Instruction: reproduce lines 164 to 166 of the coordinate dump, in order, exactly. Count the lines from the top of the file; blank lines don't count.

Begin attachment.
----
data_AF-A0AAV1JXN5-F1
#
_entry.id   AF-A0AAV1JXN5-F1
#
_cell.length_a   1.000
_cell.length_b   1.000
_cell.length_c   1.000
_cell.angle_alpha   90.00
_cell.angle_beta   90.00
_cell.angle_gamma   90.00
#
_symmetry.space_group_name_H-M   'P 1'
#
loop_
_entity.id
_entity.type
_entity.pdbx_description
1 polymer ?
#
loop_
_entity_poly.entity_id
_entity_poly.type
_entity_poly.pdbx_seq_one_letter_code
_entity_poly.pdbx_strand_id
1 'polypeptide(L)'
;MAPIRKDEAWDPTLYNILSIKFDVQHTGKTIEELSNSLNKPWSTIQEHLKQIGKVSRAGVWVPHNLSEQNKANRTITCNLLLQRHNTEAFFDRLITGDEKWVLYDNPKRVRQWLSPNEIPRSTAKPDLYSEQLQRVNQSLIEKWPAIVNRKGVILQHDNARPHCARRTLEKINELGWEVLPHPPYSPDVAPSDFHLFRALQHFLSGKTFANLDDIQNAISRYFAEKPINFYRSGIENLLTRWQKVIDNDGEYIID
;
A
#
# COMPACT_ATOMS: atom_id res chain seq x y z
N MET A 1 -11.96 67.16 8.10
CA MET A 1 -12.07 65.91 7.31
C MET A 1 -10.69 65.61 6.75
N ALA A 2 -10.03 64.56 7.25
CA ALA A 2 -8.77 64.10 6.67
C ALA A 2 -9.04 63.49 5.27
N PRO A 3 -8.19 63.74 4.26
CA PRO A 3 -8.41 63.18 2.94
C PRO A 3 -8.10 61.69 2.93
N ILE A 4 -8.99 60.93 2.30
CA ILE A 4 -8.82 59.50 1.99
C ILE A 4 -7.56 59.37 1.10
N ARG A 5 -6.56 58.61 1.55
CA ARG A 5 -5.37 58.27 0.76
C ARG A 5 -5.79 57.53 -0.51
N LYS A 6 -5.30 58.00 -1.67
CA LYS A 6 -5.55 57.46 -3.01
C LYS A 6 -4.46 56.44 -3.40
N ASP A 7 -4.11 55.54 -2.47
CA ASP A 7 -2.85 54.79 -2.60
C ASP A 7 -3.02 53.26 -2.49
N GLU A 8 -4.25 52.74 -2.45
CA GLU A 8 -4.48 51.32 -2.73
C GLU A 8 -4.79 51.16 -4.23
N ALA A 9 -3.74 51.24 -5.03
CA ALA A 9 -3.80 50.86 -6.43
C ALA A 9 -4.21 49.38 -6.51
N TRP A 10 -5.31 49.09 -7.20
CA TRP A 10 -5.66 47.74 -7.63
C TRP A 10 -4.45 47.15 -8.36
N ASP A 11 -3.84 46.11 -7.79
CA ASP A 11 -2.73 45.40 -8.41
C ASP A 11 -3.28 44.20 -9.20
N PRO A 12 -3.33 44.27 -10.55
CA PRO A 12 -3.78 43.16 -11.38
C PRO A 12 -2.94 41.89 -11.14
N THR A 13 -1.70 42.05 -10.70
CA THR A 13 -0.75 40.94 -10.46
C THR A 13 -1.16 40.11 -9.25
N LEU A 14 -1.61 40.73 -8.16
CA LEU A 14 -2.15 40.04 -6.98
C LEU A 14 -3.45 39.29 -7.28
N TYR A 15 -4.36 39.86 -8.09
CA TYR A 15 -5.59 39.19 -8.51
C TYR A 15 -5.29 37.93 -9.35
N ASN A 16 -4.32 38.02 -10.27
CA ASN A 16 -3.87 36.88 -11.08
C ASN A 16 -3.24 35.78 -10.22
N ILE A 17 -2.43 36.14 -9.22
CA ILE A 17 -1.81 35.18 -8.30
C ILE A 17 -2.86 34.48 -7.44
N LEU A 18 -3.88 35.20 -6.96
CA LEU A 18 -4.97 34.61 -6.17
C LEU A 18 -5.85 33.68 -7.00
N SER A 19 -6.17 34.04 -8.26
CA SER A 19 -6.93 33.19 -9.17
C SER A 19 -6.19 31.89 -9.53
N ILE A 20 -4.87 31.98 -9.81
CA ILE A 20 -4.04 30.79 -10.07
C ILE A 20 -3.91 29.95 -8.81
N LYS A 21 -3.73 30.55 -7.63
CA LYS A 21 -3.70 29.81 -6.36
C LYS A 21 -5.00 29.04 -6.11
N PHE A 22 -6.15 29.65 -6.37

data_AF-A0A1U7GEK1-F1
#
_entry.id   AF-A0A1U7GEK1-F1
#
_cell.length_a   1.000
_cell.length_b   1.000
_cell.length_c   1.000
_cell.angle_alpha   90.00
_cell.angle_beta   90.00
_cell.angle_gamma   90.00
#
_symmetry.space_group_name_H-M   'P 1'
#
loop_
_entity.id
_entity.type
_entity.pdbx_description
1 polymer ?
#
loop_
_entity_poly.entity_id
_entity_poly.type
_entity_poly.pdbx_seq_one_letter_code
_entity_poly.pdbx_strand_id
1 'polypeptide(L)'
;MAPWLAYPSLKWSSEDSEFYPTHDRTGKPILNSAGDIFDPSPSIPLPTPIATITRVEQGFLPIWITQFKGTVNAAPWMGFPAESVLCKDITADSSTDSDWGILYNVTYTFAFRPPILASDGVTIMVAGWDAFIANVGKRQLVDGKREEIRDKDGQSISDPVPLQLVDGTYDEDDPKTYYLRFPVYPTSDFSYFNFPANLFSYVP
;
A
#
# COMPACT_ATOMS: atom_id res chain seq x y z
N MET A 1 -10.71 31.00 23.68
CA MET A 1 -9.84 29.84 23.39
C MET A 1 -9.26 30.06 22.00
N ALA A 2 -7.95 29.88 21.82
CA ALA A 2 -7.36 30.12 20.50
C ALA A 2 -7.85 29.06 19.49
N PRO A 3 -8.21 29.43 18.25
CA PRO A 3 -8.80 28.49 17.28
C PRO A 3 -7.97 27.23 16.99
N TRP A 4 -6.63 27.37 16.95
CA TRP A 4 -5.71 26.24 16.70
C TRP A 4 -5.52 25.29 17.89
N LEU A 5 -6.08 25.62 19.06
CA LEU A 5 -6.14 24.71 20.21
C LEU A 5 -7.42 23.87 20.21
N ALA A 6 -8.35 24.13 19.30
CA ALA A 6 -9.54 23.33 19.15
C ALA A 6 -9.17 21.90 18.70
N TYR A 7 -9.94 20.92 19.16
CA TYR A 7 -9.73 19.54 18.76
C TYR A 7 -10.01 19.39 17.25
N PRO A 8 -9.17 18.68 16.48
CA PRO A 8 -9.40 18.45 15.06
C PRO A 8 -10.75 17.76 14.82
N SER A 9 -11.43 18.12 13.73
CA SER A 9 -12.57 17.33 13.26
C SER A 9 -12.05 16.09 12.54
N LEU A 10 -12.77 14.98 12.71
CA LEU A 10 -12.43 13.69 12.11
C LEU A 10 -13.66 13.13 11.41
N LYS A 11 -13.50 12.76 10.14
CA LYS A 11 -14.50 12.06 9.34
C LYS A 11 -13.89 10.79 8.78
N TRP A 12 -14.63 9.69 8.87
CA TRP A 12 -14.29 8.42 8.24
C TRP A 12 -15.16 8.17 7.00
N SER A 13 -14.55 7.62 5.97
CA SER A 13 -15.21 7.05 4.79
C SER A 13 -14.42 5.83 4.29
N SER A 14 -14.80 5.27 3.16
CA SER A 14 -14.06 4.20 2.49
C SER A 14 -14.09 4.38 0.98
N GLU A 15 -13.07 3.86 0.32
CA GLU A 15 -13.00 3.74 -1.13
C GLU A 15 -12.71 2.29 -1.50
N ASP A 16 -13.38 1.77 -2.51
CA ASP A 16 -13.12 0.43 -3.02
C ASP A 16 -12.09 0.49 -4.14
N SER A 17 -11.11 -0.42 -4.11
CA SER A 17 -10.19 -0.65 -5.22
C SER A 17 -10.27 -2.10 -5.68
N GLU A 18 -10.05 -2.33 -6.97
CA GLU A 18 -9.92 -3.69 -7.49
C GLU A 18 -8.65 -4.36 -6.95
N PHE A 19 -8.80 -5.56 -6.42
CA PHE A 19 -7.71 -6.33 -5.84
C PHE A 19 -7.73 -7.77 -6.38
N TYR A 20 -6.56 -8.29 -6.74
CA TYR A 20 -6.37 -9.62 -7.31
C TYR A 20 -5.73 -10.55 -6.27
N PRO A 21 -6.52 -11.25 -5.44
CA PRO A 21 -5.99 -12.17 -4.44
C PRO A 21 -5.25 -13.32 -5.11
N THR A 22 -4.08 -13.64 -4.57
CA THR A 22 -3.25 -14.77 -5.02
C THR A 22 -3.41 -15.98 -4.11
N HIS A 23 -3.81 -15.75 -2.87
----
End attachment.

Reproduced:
N SER A 14 -14.80 5.27 3.16
CA SER A 14 -14.06 4.20 2.49
C SER A 14 -14.09 4.38 0.98